1. Why did Rupert Murdoch decide to shut down the British weekly News of the World? Please provide as much specific information as you can about the ongoing scandal in Britain.
Rupert Murdoch took the decision to shut down the News of the World because of the rising scandal related to the editor of the tabloid. To put it more precisely, the editor Andy Coulson was suspected of illegally paying the police for information during his editorship (Lyall, 1). As a result, the public grew hostile in relation to Murdoch’s media empire. At the same time, the scandal exposed a web of relationships between the Murdochs’ empire on the one hand and the police and politicians on the other (Lyall, 1). Hence, Murdoch was interested to stop the scandal fast through shutting down the paper.
2. What are previous examples of questionable journalistic practices that have gotten Murdoch’s media properties into trouble, both in the U.S. and other parts of the world?
Murdoch’s News Corporation has already been involved in a series of scandals. In this respect, it is worth mentioning anti-competitive business practices in Australia and the lawsuit filed by Kerry Strokes. Also, Murdoch bought out Turkish TV channel, TGRT, which had been previously confiscated by the Turkish Board of Banking Regulations.
3. Murdoch also owns 39 percent of BSkyB, the satellite broadcaster in Great Britain, and is trying to acquire 100 percent of the company. Do you think his closing of the News of the World is related to that potential acquisition? After doing outside research, explain what it will mean in terms of consolidated media and economic power if Murdoch succeeds in gaining control of BSkyB?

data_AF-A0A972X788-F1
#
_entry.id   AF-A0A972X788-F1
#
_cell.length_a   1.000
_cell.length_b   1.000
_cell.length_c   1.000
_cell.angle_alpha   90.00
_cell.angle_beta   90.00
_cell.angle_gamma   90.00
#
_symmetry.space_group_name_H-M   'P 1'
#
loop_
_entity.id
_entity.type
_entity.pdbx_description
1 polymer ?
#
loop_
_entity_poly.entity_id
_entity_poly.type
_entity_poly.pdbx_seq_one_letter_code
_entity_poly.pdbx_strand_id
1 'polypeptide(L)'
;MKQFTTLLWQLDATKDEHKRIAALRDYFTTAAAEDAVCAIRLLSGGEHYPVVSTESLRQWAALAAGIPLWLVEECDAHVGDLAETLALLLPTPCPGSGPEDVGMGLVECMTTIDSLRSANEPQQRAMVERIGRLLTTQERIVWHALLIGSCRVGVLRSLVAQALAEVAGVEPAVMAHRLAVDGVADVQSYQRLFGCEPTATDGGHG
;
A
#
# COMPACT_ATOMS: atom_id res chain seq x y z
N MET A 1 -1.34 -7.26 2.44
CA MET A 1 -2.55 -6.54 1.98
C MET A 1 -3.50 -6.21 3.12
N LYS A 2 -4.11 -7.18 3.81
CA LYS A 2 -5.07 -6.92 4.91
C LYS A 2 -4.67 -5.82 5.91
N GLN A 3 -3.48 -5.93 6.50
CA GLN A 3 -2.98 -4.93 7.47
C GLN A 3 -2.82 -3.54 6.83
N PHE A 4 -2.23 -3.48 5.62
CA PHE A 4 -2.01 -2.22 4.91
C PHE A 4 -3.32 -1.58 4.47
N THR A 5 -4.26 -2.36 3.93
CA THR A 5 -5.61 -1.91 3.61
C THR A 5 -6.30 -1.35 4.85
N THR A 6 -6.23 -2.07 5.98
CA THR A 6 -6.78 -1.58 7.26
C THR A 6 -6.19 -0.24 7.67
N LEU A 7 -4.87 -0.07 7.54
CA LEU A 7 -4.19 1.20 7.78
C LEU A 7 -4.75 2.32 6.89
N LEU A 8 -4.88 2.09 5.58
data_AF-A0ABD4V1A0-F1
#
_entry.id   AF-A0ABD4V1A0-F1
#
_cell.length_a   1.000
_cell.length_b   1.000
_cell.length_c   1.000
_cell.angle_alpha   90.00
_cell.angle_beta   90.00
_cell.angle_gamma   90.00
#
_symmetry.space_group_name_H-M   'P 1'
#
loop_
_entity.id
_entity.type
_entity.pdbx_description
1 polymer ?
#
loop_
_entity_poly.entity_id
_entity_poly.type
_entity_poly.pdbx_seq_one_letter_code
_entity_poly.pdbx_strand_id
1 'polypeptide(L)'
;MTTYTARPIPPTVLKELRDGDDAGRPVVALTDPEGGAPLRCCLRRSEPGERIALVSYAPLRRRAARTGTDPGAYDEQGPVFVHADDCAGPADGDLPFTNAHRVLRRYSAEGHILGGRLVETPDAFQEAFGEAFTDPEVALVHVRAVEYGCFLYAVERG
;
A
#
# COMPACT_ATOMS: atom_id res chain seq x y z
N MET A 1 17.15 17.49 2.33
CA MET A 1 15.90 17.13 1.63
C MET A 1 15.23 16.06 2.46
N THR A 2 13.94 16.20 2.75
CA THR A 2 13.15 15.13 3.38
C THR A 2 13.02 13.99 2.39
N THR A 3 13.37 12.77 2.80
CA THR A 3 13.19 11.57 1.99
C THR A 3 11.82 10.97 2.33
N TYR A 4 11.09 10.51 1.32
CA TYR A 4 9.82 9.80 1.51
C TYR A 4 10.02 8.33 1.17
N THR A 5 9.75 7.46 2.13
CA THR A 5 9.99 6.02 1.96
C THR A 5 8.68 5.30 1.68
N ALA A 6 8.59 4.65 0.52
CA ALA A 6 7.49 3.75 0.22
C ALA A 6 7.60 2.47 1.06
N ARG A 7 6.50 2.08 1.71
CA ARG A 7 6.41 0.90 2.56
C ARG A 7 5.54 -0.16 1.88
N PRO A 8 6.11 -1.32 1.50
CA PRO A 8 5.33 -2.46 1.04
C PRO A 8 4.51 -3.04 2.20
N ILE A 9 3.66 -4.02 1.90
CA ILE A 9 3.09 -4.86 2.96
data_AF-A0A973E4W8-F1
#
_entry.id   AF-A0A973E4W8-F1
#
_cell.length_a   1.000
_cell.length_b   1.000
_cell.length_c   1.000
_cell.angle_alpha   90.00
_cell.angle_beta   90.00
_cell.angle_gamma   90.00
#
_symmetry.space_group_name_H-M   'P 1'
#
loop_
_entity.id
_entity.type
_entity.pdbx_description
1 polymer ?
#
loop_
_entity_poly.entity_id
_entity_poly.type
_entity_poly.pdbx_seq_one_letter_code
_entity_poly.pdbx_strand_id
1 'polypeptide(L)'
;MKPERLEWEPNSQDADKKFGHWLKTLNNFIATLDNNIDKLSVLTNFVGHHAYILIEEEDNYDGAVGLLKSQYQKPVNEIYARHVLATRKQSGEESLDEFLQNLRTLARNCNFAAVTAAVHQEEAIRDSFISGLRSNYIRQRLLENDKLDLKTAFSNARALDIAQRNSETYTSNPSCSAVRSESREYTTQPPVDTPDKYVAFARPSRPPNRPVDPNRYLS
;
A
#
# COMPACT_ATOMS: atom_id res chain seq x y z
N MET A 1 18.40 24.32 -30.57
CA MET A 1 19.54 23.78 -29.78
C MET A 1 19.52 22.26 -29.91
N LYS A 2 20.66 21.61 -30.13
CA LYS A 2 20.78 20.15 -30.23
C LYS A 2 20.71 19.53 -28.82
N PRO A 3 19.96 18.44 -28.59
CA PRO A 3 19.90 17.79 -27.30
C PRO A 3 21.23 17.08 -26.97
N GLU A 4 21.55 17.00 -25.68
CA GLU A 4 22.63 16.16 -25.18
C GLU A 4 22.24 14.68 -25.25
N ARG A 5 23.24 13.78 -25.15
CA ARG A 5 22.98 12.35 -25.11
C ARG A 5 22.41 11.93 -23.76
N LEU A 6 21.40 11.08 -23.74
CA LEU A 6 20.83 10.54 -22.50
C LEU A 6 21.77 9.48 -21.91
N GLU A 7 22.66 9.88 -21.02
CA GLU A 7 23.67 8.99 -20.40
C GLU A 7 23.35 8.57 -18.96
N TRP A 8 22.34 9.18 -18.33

The shutdown of News of the World was closely intertwined with the attempt of Murdoch to establish total control over BSkyB. He tried to limit damage from the scandal and remove a possible obstacle to the takeover of British Sky Broadcasting, known as BSkyB (Lyall, 1). In fact, the decision by Rupert Murdoch’s media conglomerate, the News Corporation, to close the paper, The News of the World, seemed to be a calculated move to help protect Mr. Murdoch’s proposed $12 billion takeover of the pay-television company British Sky Broadcasting (Lyall, 1).
Lyall, S. “Scandal Shifts Britain’s Media and Political Landscape.” New York Times, 2011. Retrieved on July 17, 2011 from http://www.nytimes.com/2011/07/08/world/europe/08britain.html?_r=2&hp=&pagewanted=all\